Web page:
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I came across some confusing errors when combining patch_socket, patch_ssl of Gevent 0.13.0 (the one in Ubuntu 11.10) and Mercurial today. If you get this error:

__init__() got an unexpected keyword argument 'ciphers'

update your Gevent version to at least 0.13.1. That should resolve your issue. Good luck!

(B)eid on Ubuntu 12.04

This post helped me use my ‘.beID’ device with our Belgian tax-on-web site on Ubuntu 11.10. It didn’t come up in Google right away, so I guessed it needed some additional linking.

I wanted my bash prompt colors in tmux on Ubuntu 11.10 Oneiric Ocelot. The internet didn’t turn up anything 100% right, but after some trial and error, this worked for me: just add the following line to your .tmux.conf:

set -g default-terminal "xterm-color"

This will make sure the following lines in the default .bashrc are triggered:

case "$TERM" in
xterm-color) color_prompt=yes;;

Hope this helps someone.

During the Christmas holidays I started reading Seven Languages in Seven Weeks. That means being exposed to seven new programming languages. Why? Because they all have some aspects that make them worth discovering. Ruby has some extremely agile features I wasn’t familiar with. Io uses prototypal inheritance and is a message passing language. Prolog is a logic programming language, a type of programming language I wasn’t familiar with. Etc. I read part of the Prolog chapter using the preview functionality on Amazon, and it convinced me to buy the book.

After finishing the Ruby chapter last week, I’m getting familiar with Io now. So far the book has been a great read, and I look forward to the rest of the chapters, wondering what new insights Clojure, Haskell, Prolog, Scala and Erlang will bring.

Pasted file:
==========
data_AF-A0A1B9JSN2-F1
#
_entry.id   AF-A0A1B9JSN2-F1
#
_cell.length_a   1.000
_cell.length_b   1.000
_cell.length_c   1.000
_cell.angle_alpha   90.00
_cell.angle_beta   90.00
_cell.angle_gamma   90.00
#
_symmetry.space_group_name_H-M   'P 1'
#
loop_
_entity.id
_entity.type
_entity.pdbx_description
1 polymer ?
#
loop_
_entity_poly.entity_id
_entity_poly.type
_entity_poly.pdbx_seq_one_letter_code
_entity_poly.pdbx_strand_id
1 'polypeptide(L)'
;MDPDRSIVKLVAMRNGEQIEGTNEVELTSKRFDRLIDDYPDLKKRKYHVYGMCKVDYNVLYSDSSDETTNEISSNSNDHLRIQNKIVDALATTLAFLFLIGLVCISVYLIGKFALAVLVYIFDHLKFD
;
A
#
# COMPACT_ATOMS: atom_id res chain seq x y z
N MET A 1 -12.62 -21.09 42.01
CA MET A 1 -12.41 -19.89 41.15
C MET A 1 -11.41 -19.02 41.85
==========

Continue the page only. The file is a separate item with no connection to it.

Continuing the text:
Although the book says answers to the questions and exercises are included in the final pages, they are nowhere to be found. So I decided to push my answers to Github in case fellow readers would like to compare. I’m not sure at all that these answers are correct. They most probably will contain bugs. If you find any, just clone the repository and fix them. ;-)

Based on this blogpost, use this Vim command to format the contents of a JSON file:

:%!python -m json.tool

That is all.

Recently I needed to upload some patches to Review Board. I foolishly tried to upload a patch that was created by git diff (I’m a git-svn user) but Review Board expects an SVN patch… While there are some simple solutions to be found on the web, I could not find any that correctly handled new files in the patch. The closest thing I found was a mail on the KDE panel-devel mailinglist.

I started looking into sed and came up with a slightly more powerful version:

This script supports updated files and new files. I have not tested it yet with deleted files.

Feel free to use it if you need it. Good luck!

Note: a friend linked me a Perl script that does the same thing. I haven’t tested it yet, so I have no idea how well it works.